# A Quick Note in Weighting with nlme

I’ve been doing a lot of meta-analytic things lately. More on that anon. But one quick thing that came up was variance weighting with mixed models in R, and after a few web searches, I wanted to post this, more as a note-to-self and others than anything. Now, in a simple linear model, weighting by variance or sample size is straightforward.

```#variance
lm(y ~ x, data = dat, weights = 1/v)

#sample size
lm(y ~ x, data = dat, weights = n)
```

You can use the same sort of weights argument with lmer. But, what about if you’re using nlme? There are reasons to do so. Things change a bit, as nlme uses a wide array of weighting functions for the variance to give it some wonderful flexibility – indeed, it’s a reason to use nlme in the first place! But, for such a simple case, to get the equivalent of the above, here’s the tricky little difference. I’m using gls, generalized least squares, but this should work for lme as well.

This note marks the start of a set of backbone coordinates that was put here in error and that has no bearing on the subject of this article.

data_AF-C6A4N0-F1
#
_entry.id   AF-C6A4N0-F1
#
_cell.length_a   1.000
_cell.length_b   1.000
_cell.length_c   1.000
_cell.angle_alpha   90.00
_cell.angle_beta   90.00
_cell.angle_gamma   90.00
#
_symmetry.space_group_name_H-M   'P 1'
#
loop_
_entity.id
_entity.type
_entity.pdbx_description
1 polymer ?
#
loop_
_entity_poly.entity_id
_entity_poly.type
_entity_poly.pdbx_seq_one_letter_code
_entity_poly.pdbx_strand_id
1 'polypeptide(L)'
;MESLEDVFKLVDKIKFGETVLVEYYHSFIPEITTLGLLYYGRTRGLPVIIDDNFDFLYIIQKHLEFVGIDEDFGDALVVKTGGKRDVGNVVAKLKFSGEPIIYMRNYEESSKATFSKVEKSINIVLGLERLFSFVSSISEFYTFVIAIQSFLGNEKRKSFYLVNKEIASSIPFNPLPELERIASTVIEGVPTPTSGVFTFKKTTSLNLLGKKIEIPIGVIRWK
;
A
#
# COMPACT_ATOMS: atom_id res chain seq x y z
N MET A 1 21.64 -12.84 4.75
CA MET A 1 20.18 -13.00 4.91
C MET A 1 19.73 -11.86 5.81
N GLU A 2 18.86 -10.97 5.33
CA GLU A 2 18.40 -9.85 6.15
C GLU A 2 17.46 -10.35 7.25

```#variance
gls(y ~ x, data=dat, weights = ~v)

#sample size
gls(y ~ x, data = dat, weights = ~1/n)
```

OK, end note to self. Thanks to John Griffin for prompting this.

## 4 thoughts on “A Quick Note in Weighting with nlme”

1. I’m trying to use sample weights to provide unbiased estimates that are more representative of the population. Would I substitute my sample weights variable into your variable labeled ‘n’ in the nlme instance? Thanks!

2. So long as a higher weight means more confidence, then yes. Note that you may want to explore nlme’s varIdent, varFixed, and other functions if you want a more flexible weighting schema.

3. This just solved a problem I’ve been knocking my head against for like a day. Thank you!